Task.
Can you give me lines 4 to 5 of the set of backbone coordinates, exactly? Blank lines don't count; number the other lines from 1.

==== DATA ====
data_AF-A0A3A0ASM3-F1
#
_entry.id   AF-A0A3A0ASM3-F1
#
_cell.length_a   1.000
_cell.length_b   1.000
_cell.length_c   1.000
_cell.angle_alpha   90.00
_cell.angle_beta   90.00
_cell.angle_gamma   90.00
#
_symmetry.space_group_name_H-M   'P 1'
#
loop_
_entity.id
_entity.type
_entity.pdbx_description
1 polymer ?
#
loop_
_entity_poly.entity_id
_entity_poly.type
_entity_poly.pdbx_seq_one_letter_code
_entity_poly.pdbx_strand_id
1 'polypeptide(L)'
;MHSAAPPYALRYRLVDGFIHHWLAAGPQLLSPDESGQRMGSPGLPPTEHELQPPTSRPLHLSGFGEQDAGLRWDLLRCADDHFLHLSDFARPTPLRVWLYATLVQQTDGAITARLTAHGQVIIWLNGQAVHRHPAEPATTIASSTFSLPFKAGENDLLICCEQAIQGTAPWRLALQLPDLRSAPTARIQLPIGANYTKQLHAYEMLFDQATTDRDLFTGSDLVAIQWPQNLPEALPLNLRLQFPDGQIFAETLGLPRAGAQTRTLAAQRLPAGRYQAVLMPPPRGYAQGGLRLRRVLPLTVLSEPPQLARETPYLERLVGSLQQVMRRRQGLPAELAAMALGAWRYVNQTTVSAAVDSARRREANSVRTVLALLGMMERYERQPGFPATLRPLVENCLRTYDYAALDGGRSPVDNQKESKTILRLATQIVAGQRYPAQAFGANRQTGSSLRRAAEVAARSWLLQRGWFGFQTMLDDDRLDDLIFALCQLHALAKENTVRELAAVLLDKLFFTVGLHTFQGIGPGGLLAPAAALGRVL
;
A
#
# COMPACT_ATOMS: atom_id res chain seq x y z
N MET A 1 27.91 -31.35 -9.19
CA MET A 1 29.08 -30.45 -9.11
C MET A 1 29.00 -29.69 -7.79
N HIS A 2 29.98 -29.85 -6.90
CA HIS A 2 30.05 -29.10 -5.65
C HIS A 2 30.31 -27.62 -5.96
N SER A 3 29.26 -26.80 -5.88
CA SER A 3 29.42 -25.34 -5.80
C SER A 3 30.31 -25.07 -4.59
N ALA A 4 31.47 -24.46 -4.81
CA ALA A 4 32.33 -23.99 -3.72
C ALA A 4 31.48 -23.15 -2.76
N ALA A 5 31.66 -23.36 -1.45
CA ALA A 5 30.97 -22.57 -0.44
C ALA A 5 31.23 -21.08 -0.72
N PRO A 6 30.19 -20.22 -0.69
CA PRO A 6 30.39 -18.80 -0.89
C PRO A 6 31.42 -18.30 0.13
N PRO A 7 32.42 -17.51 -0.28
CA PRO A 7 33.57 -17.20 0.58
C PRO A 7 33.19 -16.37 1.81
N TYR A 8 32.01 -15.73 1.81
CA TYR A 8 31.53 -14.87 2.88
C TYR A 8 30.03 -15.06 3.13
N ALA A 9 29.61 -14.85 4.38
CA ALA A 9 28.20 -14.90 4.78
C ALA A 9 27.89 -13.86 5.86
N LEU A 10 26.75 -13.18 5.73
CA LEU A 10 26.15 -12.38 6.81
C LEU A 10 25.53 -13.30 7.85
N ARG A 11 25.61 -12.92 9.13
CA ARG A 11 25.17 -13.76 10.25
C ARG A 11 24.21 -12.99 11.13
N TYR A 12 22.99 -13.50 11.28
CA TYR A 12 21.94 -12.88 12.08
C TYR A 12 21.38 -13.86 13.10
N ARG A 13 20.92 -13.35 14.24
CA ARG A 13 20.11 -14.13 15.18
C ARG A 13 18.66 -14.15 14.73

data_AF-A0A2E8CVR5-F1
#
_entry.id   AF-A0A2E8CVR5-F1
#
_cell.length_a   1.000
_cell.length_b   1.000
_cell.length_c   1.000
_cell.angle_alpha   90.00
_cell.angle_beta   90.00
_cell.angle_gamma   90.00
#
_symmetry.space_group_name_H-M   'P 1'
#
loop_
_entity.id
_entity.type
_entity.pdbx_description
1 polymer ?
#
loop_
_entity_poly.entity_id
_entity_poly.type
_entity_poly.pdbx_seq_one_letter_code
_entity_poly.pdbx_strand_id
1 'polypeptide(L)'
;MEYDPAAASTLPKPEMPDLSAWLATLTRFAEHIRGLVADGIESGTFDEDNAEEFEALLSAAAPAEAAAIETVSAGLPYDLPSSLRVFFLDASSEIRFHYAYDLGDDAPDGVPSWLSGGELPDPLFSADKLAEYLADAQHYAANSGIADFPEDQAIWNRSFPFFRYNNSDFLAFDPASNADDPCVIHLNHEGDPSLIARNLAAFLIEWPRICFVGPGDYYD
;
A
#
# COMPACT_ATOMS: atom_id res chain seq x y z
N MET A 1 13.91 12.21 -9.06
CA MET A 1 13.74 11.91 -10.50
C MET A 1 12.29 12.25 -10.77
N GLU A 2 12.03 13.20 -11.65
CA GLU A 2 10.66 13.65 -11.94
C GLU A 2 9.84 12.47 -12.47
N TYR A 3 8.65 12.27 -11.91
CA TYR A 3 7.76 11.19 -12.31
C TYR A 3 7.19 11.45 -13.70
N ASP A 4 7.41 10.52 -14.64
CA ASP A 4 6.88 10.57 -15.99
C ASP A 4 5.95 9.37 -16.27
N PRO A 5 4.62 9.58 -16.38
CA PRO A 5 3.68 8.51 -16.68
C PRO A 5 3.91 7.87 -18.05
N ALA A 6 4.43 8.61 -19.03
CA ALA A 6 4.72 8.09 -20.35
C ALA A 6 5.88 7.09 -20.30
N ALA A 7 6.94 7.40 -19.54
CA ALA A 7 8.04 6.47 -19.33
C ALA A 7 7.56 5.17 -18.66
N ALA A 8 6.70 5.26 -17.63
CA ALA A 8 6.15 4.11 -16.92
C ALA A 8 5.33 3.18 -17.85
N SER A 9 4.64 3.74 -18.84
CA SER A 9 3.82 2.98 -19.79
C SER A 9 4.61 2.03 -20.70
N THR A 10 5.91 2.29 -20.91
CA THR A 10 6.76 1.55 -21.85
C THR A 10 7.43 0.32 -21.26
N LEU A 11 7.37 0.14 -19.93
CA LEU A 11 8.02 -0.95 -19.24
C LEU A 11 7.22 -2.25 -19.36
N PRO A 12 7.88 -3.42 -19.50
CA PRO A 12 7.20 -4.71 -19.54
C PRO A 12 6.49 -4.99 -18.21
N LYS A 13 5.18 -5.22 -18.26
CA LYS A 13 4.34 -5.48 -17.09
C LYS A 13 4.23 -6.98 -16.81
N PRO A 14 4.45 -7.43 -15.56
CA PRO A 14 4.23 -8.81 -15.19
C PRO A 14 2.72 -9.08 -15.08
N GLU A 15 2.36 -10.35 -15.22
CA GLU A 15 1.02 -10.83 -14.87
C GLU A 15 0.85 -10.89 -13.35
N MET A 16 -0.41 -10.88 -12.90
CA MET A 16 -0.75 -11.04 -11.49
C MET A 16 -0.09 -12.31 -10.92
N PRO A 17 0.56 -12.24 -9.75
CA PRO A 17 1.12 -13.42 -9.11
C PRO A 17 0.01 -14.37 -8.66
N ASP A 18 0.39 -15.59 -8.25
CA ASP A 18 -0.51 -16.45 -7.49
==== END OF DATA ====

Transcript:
#
_cell.length_a   1.000